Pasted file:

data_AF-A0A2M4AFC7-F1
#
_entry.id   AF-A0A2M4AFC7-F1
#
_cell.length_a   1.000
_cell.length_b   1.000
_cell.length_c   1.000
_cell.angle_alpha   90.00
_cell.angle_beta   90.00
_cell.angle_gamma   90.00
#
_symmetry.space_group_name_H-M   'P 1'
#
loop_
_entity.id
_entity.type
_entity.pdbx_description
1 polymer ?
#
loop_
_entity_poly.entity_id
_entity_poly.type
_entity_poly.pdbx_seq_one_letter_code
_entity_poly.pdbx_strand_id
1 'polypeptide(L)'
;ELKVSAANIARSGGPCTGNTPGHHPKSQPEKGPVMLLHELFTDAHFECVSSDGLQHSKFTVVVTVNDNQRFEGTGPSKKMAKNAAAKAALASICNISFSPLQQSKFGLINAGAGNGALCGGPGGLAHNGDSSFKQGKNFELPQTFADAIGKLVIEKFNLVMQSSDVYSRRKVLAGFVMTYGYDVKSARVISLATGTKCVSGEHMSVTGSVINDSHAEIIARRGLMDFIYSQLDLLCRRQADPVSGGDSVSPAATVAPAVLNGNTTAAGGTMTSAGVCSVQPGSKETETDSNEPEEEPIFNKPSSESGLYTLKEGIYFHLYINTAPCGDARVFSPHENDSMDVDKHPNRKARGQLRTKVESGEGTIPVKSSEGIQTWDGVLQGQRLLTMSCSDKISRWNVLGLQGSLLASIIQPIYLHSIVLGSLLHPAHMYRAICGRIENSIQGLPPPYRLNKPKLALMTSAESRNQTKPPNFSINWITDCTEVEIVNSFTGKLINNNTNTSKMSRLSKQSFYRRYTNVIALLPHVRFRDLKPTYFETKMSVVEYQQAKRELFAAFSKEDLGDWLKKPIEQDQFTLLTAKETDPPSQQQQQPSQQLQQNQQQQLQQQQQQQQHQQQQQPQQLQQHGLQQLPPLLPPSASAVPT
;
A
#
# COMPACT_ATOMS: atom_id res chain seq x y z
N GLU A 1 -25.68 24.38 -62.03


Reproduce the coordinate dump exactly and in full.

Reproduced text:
data_AF-A0A2M4AFC7-F1
#
_entry.id   AF-A0A2M4AFC7-F1
#
_cell.length_a   1.000
_cell.length_b   1.000
_cell.length_c   1.000
_cell.angle_alpha   90.00
_cell.angle_beta   90.00
_cell.angle_gamma   90.00
#
_symmetry.space_group_name_H-M   'P 1'
#
loop_
_entity.id
_entity.type
_entity.pdbx_description
1 polymer ?
#
loop_
_entity_poly.entity_id
_entity_poly.type
_entity_poly.pdbx_seq_one_letter_code
_entity_poly.pdbx_strand_id
1 'polypeptide(L)'
;ELKVSAANIARSGGPCTGNTPGHHPKSQPEKGPVMLLHELFTDAHFECVSSDGLQHSKFTVVVTVNDNQRFEGTGPSKKMAKNAAAKAALASICNISFSPLQQSKFGLINAGAGNGALCGGPGGLAHNGDSSFKQGKNFELPQTFADAIGKLVIEKFNLVMQSSDVYSRRKVLAGFVMTYGYDVKSARVISLATGTKCVSGEHMSVTGSVINDSHAEIIARRGLMDFIYSQLDLLCRRQADPVSGGDSVSPAATVAPAVLNGNTTAAGGTMTSAGVCSVQPGSKETETDSNEPEEEPIFNKPSSESGLYTLKEGIYFHLYINTAPCGDARVFSPHENDSMDVDKHPNRKARGQLRTKVESGEGTIPVKSSEGIQTWDGVLQGQRLLTMSCSDKISRWNVLGLQGSLLASIIQPIYLHSIVLGSLLHPAHMYRAICGRIENSIQGLPPPYRLNKPKLALMTSAESRNQTKPPNFSINWITDCTEVEIVNSFTGKLINNNTNTSKMSRLSKQSFYRRYTNVIALLPHVRFRDLKPTYFETKMSVVEYQQAKRELFAAFSKEDLGDWLKKPIEQDQFTLLTAKETDPPSQQQQQPSQQLQQNQQQQLQQQQQQQQHQQQQQPQQLQQHGLQQLPPLLPPSASAVPT
;
A
#
# COMPACT_ATOMS: atom_id res chain seq x y z
N GLU A 1 -25.68 24.38 -62.03